Down here in Tampa a lot of cars are made of EMT conduit, especially the Robinson cars (Meangreen). But my teacher is very hesitant with it because it is galvanized and creates toxic fumes when welding, but it can be MIG welded. But aluminum is also popular but we don't have the money for a TIG welder or the skill. So what other materials are used in car that can be MIG welded? What is used at the schools in the NW?
Middleton High School, Tampa
"If you ain't first, you're last" -Reese Bobby
I can say I have an aluminum framed car. Before the new year, my car turned seven years old. In the entire time I've driven it I've never had something break on the frame due to a weld issue. The majority of the frame was welded together using a spool gun while the critical areas for the front steering and where the rear wheel sits was done using a TIG. The other thing to keep in mind if you are planning to build a alloy frame car would be make sure you've got enough bracing throughout the frame. If you don't, the frame will twist causing increased fatigue on critical sections of the car (front end, mid section, rear end).
This was the main reason Centennial switched to steel framed cars a few years back because their aluminum framed cars kept breaking on them due to not building a properly strengthened frame. The other issue was they would simply re-weld over cracks that showed up in the frame and not find out why the cracks kept showing up. Those two main causes were the main reason for the switch of materials. I've checked for cracks after a race and the entire time I've only ever found three cracks in the weld. Two were by the steering rack which lead to me adding bracing to the area to prevent the rack from twisting, and the other was on the steering shaft support. I could take the steering out of my car on the support that had a needle bearing pressed into it. The part with the needle bearing had the crack in it which was simply not enough weld for that area.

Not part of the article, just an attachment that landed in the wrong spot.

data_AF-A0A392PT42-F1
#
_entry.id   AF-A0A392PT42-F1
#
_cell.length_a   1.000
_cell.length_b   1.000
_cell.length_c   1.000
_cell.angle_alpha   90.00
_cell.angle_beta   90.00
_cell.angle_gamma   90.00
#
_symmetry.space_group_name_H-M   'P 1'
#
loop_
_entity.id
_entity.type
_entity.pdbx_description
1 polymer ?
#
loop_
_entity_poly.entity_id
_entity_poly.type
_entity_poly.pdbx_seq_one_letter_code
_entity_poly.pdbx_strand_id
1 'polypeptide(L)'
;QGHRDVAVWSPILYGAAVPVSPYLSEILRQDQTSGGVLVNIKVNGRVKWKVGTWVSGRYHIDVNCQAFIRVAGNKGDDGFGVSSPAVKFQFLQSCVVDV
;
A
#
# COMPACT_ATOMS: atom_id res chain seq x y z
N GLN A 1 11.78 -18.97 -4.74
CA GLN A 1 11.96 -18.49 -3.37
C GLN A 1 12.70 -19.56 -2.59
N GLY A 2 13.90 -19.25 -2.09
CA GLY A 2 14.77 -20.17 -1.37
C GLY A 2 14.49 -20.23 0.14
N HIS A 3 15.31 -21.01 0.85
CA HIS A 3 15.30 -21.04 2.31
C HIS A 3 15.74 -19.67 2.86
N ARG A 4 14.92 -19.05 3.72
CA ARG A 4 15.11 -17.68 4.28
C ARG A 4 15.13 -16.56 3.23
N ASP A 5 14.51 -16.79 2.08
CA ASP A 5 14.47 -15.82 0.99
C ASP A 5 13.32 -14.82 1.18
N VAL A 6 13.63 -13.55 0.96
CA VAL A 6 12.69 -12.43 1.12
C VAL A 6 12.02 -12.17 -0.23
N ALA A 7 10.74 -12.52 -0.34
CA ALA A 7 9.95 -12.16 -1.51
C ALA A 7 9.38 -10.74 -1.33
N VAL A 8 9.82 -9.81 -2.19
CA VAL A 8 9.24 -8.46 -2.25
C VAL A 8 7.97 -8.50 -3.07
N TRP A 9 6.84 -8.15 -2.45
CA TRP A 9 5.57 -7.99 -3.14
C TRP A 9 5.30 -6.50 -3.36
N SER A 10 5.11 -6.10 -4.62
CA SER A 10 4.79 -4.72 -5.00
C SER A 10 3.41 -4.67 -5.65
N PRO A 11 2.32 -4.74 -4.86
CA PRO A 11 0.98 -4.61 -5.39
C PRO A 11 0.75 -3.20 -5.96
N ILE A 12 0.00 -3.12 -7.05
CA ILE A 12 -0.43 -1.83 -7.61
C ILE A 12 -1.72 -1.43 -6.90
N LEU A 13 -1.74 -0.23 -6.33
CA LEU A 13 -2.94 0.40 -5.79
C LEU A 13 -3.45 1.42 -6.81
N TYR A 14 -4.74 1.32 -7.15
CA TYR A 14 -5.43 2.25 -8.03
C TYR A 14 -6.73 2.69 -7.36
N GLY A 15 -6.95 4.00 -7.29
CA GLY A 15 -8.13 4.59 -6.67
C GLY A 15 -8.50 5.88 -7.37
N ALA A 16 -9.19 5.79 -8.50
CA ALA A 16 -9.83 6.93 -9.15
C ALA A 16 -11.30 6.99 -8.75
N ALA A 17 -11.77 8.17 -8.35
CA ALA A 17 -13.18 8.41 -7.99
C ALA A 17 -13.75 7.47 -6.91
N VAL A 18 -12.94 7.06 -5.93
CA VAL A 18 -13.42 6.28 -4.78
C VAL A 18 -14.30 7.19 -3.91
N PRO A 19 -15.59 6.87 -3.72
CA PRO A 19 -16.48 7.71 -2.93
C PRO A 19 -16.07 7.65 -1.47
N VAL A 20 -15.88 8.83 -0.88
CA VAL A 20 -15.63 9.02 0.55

Other than checking for cracks and having a properly braced frame while building, aluminum is pretty easy to work with for the most part. As Mike said, just watch how much heat you have going into parts and make sure you clean the area with a stainless steel brush before welding. If you have a issue with weld taking, use a propane torch to heat the area up, that way you're not wasting time letting the TIG do all of the work.
Mike, around six years ago before the summer races started up after winning the 2010 series, we did actually weigh the car. With me, ballast, and red or yellow tops we got some numbers. Total weight with me, ballast and reds was around 405 pounds. Total weight with me, ballast and yellows was around 410 pounds. Without the batteries (reds or yellows), ballast and myself in the car; dry weight was around 150 pounds. The frame itself I'd need to look at my notes to find that number since I'd need to weight the wheels, tires, tubes, sprockets (wheel and motor), chain, chain tensioner, meter, seat belt, windshield and the tail cone to determine the frame weight without taking everything out of the car to find out. I know I have the weight of the frame written down.
-- Edited by Zaine Stapleton on Monday 2nd of May 2016 03:22:00 PM
-- Edited by Zaine Stapleton on Monday 2nd of May 2016 03:22:48 PM